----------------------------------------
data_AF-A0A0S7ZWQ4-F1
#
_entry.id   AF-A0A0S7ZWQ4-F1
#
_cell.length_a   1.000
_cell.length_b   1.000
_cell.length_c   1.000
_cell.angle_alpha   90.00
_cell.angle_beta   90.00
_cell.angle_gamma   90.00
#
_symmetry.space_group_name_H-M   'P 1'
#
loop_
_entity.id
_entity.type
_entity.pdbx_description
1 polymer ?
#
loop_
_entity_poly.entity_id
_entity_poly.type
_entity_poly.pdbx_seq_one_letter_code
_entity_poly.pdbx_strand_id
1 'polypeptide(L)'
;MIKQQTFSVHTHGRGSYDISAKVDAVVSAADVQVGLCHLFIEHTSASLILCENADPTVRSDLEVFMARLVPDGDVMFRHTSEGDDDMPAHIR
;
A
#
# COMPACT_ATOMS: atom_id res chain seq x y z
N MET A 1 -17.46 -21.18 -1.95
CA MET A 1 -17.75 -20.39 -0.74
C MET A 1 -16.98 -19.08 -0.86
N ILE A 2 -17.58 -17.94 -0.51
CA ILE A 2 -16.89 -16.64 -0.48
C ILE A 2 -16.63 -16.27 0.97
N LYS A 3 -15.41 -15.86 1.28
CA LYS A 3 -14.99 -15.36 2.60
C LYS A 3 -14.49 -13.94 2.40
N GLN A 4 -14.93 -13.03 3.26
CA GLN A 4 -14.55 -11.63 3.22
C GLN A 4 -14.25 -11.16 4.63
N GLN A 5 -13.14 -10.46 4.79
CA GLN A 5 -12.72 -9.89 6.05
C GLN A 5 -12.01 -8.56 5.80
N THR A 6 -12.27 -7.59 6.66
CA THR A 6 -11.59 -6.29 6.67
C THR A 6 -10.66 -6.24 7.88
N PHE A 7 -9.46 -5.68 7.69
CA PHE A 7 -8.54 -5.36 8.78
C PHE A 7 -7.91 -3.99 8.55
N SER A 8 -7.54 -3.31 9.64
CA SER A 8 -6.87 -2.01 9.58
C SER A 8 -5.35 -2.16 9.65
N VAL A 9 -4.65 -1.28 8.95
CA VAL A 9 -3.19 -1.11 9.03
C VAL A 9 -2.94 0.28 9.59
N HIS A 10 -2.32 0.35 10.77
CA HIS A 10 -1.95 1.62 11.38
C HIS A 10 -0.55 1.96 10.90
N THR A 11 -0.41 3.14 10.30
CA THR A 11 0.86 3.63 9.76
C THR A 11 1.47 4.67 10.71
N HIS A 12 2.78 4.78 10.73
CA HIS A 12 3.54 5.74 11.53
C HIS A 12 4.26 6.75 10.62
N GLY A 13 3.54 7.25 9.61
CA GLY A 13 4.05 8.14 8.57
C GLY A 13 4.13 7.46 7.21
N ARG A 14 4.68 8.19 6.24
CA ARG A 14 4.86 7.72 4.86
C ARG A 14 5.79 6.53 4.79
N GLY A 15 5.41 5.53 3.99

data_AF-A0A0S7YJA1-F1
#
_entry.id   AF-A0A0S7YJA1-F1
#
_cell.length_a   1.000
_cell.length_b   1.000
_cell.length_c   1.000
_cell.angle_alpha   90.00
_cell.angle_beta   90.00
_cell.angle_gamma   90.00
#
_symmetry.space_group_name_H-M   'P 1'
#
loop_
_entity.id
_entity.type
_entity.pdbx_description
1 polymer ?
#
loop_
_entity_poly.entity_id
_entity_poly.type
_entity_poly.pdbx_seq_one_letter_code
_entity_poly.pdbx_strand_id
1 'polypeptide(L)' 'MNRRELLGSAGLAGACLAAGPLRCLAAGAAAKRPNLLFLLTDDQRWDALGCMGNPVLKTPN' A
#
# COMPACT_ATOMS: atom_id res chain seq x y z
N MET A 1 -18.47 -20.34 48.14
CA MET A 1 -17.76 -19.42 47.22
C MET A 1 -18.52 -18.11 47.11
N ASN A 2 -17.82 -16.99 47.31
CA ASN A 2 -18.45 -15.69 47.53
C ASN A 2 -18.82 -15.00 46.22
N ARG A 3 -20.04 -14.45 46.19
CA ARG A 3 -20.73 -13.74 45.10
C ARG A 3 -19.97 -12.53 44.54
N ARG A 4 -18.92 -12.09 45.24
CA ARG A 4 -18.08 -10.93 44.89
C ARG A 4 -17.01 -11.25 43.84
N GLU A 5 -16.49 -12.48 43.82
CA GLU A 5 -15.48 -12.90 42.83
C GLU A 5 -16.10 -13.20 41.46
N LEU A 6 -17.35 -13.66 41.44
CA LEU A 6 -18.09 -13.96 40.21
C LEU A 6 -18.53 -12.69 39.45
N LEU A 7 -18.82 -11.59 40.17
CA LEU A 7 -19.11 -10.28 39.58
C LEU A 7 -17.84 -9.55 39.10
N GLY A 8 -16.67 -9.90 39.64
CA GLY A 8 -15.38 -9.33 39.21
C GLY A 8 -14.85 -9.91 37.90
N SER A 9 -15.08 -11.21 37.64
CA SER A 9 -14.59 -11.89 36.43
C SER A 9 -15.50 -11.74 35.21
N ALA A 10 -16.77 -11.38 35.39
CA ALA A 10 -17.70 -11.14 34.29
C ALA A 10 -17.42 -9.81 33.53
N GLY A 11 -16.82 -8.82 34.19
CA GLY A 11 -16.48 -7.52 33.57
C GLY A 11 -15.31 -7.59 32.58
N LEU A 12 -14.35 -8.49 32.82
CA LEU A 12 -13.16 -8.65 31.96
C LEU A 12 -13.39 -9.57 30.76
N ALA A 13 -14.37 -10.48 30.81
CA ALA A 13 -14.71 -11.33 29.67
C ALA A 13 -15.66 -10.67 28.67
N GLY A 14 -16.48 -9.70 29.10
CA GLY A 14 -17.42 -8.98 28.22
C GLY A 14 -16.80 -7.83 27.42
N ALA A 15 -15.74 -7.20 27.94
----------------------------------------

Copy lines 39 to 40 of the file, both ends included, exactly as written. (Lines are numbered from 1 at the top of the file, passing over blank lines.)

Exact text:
C LYS A 3 -14.49 -13.94 2.40
N GLN A 4 -14.93 -13.03 3.26